Building on a Proud History of ApprenticeshipThis article was originally published on this site
For over 100 years, North America’s Building Trades Unions (NABTU) and its signatory contractors have funded and operated a skilled craft apprenticeship system that is the envy of the world.
Our apprenticeship and workplace-based training is an “earn while you learn” system that offers young people the chance to learn from the best trained construction workers in North America.
When they complete their apprenticeship, these men and women have a portable, nationally recognized credential that they can take anywhere in the country, one that comes with good pay and benefits that will support them and their families.
As U.S. Labor Secretary Alexander Acosta noted during the Trump Administration’s Apprenticeship Week, “The Building Trades unions, working together with contractors, spend more than $1 billion per year funding a nationwide network of nearly 1,600 teaching centers. The industry understands the benefits of a skilled workforce and is willing to pay to teach its workers.”
An additional important feature is that most apprenticeship programs in the building trades have been assessed for college credit, which participants can apply toward an associate or bachelor’s degree. To be sure, apprenticeship in the building trades is the “other four-year degree.”
Apprenticeship programs have also proven to provide a greater return for employers. Economic return on investment has shown that employers gain a return for craft training of as much as $3 to every $1 that is invested, according to the Construction Industry Institute; this includes improved safety, elimination of rework, and increased productivity of the craft worker. Similarly, apprenticeship graduates earn substantially more over a career than their counterparts who did not complete an apprenticeship.
The joint administration of apprenticeship and training enables contractors and craft organizations to develop and modify training in real time, in order to better fit the needs of the industry. The rigorous training and education curricula are developed in a manner that is career-centered and allows for a readily available supply of skilled labor for the industry, rather than to a single employer’s immediate needs. This is a win for workers and businesses alike.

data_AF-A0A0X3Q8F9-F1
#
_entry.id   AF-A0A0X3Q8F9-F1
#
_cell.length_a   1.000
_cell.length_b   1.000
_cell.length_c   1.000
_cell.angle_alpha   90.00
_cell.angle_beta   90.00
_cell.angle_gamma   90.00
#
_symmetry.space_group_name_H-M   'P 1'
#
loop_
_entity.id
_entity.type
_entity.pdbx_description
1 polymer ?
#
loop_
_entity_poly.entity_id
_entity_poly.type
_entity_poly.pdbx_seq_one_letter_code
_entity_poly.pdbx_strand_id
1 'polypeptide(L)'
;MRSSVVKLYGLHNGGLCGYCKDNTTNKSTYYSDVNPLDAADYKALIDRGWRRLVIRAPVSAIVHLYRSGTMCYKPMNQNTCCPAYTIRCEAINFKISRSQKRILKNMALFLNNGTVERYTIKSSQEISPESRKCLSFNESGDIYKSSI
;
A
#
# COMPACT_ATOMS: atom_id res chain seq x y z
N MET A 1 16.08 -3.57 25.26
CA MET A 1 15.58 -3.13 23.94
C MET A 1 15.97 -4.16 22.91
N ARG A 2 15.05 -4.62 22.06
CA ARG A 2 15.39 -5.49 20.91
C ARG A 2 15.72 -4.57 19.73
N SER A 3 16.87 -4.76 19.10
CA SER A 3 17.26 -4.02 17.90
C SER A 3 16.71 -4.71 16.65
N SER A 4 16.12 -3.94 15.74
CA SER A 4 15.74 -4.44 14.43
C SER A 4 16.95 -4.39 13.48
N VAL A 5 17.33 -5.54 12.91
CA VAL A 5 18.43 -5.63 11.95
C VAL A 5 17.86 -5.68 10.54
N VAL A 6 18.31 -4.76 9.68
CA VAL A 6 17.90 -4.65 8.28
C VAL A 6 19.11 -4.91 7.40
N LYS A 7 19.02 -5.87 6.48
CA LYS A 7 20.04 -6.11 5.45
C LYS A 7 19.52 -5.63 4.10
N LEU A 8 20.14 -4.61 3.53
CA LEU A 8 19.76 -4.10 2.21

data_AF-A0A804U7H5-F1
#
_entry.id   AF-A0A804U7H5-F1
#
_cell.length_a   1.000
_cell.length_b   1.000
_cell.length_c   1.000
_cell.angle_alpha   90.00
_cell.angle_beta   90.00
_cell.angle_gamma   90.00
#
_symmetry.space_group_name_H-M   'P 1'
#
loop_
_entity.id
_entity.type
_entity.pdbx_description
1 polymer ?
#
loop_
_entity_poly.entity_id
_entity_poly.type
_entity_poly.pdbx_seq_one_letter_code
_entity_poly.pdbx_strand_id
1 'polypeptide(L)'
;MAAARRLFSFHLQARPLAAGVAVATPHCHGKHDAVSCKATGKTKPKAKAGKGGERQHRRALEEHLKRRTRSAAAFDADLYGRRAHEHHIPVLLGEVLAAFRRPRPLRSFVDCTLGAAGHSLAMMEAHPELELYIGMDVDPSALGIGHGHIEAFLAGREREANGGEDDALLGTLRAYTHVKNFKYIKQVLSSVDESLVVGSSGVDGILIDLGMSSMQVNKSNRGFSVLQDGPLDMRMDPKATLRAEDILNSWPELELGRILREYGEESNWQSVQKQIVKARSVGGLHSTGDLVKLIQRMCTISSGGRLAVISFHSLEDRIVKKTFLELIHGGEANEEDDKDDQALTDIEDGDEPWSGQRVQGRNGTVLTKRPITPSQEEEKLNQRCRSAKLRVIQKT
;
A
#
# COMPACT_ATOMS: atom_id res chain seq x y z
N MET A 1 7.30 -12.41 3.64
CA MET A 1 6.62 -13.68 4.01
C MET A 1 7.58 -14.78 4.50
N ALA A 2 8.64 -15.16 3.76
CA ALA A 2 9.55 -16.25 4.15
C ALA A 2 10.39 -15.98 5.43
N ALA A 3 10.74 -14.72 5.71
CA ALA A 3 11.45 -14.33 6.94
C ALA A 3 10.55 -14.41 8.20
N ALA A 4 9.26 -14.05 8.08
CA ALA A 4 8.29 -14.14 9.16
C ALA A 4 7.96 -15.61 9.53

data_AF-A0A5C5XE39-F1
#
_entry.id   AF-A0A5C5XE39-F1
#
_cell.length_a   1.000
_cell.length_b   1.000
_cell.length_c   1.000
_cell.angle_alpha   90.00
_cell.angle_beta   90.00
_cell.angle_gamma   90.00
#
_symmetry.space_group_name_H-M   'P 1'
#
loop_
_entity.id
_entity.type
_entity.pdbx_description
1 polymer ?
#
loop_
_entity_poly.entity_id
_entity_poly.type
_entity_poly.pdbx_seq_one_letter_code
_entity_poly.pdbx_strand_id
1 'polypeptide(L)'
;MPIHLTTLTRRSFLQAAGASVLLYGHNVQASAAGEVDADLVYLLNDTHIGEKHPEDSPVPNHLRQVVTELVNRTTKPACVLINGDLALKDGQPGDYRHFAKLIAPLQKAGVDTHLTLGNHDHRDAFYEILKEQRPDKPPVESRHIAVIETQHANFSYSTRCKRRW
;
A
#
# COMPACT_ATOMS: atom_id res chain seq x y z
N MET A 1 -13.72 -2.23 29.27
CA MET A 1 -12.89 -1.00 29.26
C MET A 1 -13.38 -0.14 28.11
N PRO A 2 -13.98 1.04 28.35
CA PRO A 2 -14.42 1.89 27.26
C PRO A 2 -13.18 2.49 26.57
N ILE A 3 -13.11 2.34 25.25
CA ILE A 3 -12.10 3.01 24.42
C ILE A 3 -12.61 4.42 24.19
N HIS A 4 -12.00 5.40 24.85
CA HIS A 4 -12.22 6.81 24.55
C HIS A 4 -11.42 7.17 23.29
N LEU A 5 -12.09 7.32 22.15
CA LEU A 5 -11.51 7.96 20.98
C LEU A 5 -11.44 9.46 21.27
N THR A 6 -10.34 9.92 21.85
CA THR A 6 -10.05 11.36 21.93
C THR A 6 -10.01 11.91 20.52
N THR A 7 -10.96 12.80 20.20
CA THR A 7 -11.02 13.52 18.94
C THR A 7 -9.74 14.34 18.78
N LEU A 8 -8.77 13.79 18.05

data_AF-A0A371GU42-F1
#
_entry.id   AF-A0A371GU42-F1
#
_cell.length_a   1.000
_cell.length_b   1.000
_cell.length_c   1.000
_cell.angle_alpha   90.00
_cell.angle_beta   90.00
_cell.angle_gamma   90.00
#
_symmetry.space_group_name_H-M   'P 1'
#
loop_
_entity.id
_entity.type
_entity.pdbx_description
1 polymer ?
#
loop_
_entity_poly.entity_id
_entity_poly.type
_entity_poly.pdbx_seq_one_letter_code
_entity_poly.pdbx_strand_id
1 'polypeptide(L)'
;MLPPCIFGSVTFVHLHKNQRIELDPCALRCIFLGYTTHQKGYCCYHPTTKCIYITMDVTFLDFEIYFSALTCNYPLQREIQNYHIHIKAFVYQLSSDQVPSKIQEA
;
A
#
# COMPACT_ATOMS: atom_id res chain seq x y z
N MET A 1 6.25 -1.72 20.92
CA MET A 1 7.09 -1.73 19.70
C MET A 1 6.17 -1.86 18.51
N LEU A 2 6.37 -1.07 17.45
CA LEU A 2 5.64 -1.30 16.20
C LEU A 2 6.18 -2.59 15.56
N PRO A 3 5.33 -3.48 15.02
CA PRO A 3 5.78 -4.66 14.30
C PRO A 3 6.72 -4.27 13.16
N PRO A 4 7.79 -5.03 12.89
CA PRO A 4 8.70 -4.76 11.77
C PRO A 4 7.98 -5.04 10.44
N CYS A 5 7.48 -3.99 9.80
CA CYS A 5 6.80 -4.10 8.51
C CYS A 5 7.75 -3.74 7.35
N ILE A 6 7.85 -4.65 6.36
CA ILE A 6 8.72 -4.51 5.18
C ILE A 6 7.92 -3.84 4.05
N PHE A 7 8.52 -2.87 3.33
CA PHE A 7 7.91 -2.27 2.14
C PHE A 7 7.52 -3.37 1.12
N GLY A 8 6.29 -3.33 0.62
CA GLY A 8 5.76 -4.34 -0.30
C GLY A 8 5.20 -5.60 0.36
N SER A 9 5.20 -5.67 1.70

As we celebrate the 80th anniversary of the National Apprenticeship Act this August, I believe it behooves us to remind ourselves of the original purpose of the Act, which was “to formulate and promote the furtherance of labor standards necessary to safeguard the welfare of apprentices and to cooperate with the States in the promotion of such standards.”
As apprenticeship programs are created or expanded, they should be tethered to the original intent of the Fitzgerald Act, which encompassed high labor standards, embraced the concept of collective bargaining, and ensured apprenticeship program rigor and quality. These are still important issues today as we equip workers with career skills. While we encourage and support robust apprenticeship programs to meet the needs of employers and industries, we also must safeguard the welfare of apprentices.
NABTU supported the passage of and today celebrates the 80th anniversary of the Act, and we are excited about working in partnership with the Administration and Secretary Acosta to expand successful apprenticeship programs across a range of industries. As the leading historical practitioners of apprenticeship training and education in America, we would urge others to learn from our history, and we look forward to offering our insights and expertise on a successful model that has served workers and the construction industry well for over a century.
Sean McGarvey is the President of North America’s Building Trades Unions.